Use this URL to cite or link to this record in EThOS: http://ethos.bl.uk/OrderDetails.do?uin=uk.bl.ethos.658878
Title: Representing and remembering Lindenmayer-grammars
Author: Shirley, Elizabeth Joan
ISNI:       0000 0004 5356 837X
Awarding Body: University of Reading
Current Institution: University of Reading
Date of Award: 2014
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Abstract:
This thesis applies methods from cognitive experimental psychology to investigate processing of complex sequences produced from two Lindenmayer grammars (L-grammars). It presents evidence that human adults develop and retain a lasting representation of these structured sequences within an Artificial Grammar Learning (AGL) paradigm. There is an ongoing debate as to the computational power that the human brain must instantiate in order to support hierarchical cognitive systems such as language and music. The common position is that it must encompass recursive processing, equivalent to context-free grammars in the Chomsky hierarchy. A way to test this is to identify the limits of human ability to process novel sequences that are structured at this level of complexity. In these studies, participants were exposed to an auditory version of a sequence generated by a context-free L-grammar. Successful processing and acquisition was demonstrated if they could subsequently identify grammatical sequences that have been generated by the trained grammar. They should also be able to identify similar but nonetheless ungrammatical sequences. Participants were successful for the simplest (Fibonacci) grammar, and to a lesser extent with the alternative (XOR) grammar. The behavioural results were reflected in response-locked ERP results and spectral analyses, which indicated that processing the Fibonacci grammar engaged different mechanisms than the XOR grammar. Subsequent detailed analyses of the experimental materials including n-gram frequency and entropy measures indicated that these sequences seem to require a form of recursive processing to produce the behavioural results, rather than what may be considered lower level or general learning mechanisms. It was concluded that these experimental results support accounts of cognitive processing that include recursive computations. L-grammar outputs are useful structures to be employed in the ongoing investigation of complex sequence acquisition, particularly in the fields of comparative and developmental study.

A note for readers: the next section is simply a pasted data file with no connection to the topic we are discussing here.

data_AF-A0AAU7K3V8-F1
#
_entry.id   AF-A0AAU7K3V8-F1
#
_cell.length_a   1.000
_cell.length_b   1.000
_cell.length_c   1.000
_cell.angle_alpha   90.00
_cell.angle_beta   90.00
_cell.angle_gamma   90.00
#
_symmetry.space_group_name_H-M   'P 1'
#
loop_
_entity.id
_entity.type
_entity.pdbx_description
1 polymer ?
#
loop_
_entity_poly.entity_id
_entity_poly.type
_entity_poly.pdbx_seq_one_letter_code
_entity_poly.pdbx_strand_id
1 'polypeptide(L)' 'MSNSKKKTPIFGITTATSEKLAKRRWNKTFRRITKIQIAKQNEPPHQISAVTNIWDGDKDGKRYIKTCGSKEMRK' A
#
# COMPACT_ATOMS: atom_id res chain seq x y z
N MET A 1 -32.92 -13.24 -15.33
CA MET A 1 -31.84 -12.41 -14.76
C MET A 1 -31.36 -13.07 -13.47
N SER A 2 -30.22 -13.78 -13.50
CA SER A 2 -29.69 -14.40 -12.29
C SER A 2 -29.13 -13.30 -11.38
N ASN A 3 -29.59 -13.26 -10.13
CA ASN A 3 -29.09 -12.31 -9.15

Supervisor: Not available Sponsor: Not available
Qualification Name: Thesis (Ph.D.) Qualification Level: Doctoral
EThOS ID: uk.bl.ethos.658878  DOI: Not available
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